{¶ 49} It was not until after Officer Schulz finished testifying that defense counsel articulated a lack-of-foundation objection. Such an objection, however, “must be ‘contemporaneous' to the alleged error.” State v. Copley, 10th Dist. No. 04AP-511, 2005-Ohio-896, ¶ 32, citing State v. Murphy, 91 Ohio St.3d 516, 532(2001). Moreover, an objection on one ground does not preserve for appeal other grounds. State v. Luc Tan Vu, 10th Dist. No. 09AP-606, 2010-Ohio-4019, ¶ 30, citing State v. Gulertekin, 10th Dist. No. 97APA12-1607, 1998 Ohio App. LEXIS 5641 (Dec. 3, 1998). Thus, appellant did not preserve an objection based on lack of foundation.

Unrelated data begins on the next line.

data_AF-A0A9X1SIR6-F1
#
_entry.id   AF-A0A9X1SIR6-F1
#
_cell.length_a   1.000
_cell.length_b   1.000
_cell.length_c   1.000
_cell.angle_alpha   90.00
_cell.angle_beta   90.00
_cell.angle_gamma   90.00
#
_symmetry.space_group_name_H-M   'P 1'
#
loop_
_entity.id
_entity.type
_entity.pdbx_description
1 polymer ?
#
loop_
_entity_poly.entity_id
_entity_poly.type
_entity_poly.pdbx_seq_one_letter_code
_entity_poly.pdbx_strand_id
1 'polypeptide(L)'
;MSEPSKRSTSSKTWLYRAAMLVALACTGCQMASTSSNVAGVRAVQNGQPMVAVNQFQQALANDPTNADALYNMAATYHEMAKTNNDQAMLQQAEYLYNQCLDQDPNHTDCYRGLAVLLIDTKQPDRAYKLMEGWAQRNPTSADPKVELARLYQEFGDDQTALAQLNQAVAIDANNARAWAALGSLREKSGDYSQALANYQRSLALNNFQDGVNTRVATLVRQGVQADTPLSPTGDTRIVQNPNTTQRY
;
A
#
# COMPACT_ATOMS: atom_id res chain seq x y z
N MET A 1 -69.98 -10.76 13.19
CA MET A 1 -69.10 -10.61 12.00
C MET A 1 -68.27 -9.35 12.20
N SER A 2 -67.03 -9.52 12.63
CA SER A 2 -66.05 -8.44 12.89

{¶ 50} On appeal, appellant appears to argue that his untimely lack-of-foundation objection includes an objection based on the best evidence rule. Appellant, however, made no objection based on the best evidence rule. Having failed to object on this ground, appellant waived all but plain error.
{¶ 51} Under Crim.R. 52(A), an appellate court may notice plain errors affecting substantial rights even though they were not brought to the attention of the trial court. An alleged error constitutes plain error only if the error is obvious and, but for the error, the outcome of the trial clearly would have been different. State v. Barnes,94 Ohio St.3d 21, 27 (2002). Notice of plain error is taken “‘with the utmost caution, under exceptional circumstances and only to prevent a manifest ...